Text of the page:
Partnerships > Minnesota & CCR
In Spring 2016, Global Rights for Women piloted a Minnesota workshop in partnership with Domestic Abuse Intervention Programs and World Future Council for international participants to learn about and experience firsthand the coordinated community response to domestic violence, also known as “The Duluth Model.”
The workshop provided an extraordinary opportunity for country teams, each consisting of NGO advocates, law enforcement officers, legal professionals and/or policymakers, to learn how communities in Minnesota are implementing laws and policies that address domestic violence through a coordinated community response (CCR). In a CCR, agencies such as police, prosecutors, probation, courts, and victim advocates work together to create policies and procedures for collaboration and communication. They identify individual agency responsibilities for responding effectively to domestic violence. Through CCR, victims are kept safer, their needs are more effectively understood and met and offenders are more likely to be held accountable for abuse, often resulting in a reduction of re-offense rates.
Why CCR? Coordinated community response is a method of implementing laws and policies that prioritizes victim safety and offender accountability for domestic violence within a social change framework. CCR guides communities to build systems interventions that respond effectively to victims’ actual experiences.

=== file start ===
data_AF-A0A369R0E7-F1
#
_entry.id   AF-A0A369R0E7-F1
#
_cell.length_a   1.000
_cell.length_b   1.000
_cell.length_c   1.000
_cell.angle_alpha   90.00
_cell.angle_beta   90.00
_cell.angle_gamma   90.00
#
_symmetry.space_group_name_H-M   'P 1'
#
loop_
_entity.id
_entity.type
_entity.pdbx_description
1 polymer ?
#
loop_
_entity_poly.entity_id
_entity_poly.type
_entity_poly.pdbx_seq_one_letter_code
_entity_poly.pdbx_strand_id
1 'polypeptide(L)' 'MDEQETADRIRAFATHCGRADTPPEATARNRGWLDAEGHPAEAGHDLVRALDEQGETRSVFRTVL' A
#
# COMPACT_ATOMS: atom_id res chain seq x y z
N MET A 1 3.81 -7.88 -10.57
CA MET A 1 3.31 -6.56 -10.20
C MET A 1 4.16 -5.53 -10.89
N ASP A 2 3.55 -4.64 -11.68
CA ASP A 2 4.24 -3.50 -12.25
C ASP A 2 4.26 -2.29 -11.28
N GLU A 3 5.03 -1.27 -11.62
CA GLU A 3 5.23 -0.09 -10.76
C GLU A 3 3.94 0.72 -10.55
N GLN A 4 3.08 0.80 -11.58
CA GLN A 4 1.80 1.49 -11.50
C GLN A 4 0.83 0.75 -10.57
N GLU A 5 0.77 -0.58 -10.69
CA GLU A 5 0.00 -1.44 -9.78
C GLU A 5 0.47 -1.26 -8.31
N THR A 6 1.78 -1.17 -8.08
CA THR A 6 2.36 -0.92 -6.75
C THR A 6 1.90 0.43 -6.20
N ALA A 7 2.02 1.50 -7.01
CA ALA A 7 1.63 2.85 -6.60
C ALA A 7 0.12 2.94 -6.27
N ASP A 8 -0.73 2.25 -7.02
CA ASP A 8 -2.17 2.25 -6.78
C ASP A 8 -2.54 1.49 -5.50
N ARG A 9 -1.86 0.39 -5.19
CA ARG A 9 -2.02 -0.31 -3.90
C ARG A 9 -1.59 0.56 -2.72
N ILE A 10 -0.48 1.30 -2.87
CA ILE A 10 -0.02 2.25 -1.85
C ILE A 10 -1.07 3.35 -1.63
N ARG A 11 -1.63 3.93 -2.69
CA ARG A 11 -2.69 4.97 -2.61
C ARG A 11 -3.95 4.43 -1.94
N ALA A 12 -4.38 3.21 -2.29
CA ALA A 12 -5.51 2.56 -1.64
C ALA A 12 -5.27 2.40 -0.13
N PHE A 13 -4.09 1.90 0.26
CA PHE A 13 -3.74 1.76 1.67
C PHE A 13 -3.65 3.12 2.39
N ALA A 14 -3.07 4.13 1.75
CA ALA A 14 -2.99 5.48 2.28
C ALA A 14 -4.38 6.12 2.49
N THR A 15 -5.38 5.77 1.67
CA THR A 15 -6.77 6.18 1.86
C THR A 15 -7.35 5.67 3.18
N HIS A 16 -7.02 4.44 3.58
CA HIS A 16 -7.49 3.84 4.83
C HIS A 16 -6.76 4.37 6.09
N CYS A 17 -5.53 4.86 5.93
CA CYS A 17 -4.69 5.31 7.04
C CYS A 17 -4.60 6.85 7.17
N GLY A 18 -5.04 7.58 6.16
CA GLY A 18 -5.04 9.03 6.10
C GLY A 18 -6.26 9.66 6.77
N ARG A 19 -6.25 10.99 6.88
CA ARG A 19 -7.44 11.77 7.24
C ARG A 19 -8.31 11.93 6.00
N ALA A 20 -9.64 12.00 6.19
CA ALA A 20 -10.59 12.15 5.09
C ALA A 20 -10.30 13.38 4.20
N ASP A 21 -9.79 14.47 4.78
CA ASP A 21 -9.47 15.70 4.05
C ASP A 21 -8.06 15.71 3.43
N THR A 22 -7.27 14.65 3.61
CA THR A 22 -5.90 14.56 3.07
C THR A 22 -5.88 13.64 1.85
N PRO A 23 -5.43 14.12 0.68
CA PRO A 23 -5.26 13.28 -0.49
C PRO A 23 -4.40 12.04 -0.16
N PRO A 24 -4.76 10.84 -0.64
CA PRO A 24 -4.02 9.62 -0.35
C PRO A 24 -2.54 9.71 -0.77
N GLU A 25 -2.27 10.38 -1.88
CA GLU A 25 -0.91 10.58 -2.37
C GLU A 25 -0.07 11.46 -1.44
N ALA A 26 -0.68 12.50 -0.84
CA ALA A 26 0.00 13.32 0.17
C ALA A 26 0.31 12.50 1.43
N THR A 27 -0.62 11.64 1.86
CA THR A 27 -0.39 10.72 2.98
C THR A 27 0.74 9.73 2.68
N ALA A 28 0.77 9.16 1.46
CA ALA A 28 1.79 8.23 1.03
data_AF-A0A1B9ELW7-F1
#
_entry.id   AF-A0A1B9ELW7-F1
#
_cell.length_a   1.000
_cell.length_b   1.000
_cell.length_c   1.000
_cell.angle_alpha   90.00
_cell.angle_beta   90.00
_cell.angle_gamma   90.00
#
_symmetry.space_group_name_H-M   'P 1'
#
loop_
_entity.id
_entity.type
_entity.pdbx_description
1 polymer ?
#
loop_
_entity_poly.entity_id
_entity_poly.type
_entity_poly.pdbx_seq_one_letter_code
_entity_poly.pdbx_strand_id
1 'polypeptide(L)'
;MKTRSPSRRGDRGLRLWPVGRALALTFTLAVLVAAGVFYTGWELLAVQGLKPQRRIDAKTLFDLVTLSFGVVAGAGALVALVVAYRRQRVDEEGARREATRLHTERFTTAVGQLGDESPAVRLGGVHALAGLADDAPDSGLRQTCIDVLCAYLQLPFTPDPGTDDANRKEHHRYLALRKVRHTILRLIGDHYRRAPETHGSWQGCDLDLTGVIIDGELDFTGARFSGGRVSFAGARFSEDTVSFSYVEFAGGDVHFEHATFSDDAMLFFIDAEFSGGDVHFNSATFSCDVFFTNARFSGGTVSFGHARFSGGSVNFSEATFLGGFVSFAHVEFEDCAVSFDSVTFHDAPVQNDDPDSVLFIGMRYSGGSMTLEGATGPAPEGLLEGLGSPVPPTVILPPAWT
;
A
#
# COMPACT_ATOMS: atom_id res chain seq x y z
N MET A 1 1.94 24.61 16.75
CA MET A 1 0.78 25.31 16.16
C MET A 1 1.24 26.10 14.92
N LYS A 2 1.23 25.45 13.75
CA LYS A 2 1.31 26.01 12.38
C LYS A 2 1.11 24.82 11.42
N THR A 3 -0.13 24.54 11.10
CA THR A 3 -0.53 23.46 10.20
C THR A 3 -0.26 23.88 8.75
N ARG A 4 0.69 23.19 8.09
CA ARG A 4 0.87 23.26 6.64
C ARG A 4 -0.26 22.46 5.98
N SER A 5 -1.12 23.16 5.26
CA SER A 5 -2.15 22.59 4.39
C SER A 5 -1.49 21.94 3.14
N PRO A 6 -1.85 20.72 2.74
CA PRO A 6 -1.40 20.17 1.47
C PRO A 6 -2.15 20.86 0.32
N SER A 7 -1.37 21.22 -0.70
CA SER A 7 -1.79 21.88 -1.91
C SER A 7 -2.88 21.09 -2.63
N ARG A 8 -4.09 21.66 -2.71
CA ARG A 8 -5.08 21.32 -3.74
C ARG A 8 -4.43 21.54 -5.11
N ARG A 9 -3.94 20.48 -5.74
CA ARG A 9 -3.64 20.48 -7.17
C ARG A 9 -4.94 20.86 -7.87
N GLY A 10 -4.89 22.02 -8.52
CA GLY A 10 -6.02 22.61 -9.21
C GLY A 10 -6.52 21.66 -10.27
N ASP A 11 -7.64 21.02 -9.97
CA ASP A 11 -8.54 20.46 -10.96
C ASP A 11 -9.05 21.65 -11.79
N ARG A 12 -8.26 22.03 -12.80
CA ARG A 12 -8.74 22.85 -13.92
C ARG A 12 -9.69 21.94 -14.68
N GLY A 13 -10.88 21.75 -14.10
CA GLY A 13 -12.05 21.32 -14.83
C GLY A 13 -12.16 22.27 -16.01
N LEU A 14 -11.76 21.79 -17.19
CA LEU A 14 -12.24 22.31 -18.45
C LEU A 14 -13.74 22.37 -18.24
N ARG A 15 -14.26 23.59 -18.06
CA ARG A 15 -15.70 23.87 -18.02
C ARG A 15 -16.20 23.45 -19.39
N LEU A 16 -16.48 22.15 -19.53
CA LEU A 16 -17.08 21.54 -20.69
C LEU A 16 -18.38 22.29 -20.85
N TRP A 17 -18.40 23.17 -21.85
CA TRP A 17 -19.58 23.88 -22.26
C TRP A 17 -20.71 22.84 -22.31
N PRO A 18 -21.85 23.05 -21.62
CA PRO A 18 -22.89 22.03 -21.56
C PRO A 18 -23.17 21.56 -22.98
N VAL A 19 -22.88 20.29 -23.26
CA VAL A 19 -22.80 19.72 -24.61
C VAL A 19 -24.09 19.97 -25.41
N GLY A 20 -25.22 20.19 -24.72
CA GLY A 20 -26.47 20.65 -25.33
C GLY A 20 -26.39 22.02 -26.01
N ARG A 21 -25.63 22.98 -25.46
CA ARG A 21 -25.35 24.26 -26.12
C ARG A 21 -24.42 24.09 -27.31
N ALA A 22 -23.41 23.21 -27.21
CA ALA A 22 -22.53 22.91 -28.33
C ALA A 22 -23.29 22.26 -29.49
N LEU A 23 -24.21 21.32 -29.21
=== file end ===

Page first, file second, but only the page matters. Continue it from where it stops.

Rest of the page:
By The Numbers
- 18 attendees representing 6 countries: Kazakhstan, Latvia, Lithuania, Pakistan, Tajikistan, and Trinidad & Tobago, all countries with relatively new domestic violence laws that are experiencing challenges with implementation.
- Including: NGO directors and advocates; police officers, supervisors, and trainers; a prosecutor trainer; a judge trainer; a parliamentary advisor; a justice ministry official; and a US embassy official.
- 20 U.S. and international experts and trainers and 8 policy makers and legislators
- Including: VAW legal experts; expert CCR trainers; police officers, prosecutors, probation officers, judges, and a victim advocate all involved in CCR; a legislative and policy expert; and a mayor and legislators who sponsor and support violence against women legislation.
- 50+ Observation Opportunities
- Including: police department ride-alongs, 911 dispatch center tours, a county jail tour, batterer intervention program group observations, and court hearings.
- 68 Hours of training, convening, observing and peer-to-peer exchange over 9 days.
Participants experienced three days of intensive training by the staff and expert trainers of the Domestic Abuse Intervention Programs (DAIP), home of The Duluth Model. They learned about the creation of the model and DAIP’s collaboration with the Duluth government and community agencies.
In Minneapolis and St. Paul, participants had four days of learning opportunities including lectures from GRW staff on governments’ legal obligations to effectively implement domestic violence laws, panel discussions with local experts involved in CCRs in larger cities and systems, and exercises with GRW trainers on building a CCR in their home countries.
The numerous trainers and experts shared their own experiences on how they coordinate their response to domestic violence within their communities and criminal justice systems. These presentations were reinforced through over 50 opportunities to observe various systems’ responses to domestic violence reports. Participants directly observed emergency dispatch response and tracking of calls; police responses to reports of violence; procedures in a county jail; court hearings followed by explanations from the judges; prosecutors and probation officers tasked with monitoring offenders’ compliance with court orders; and men’s non-violence group courses. Extensive conversation occurred allowing participants to ask questions and compare experiences, challenges and solutions.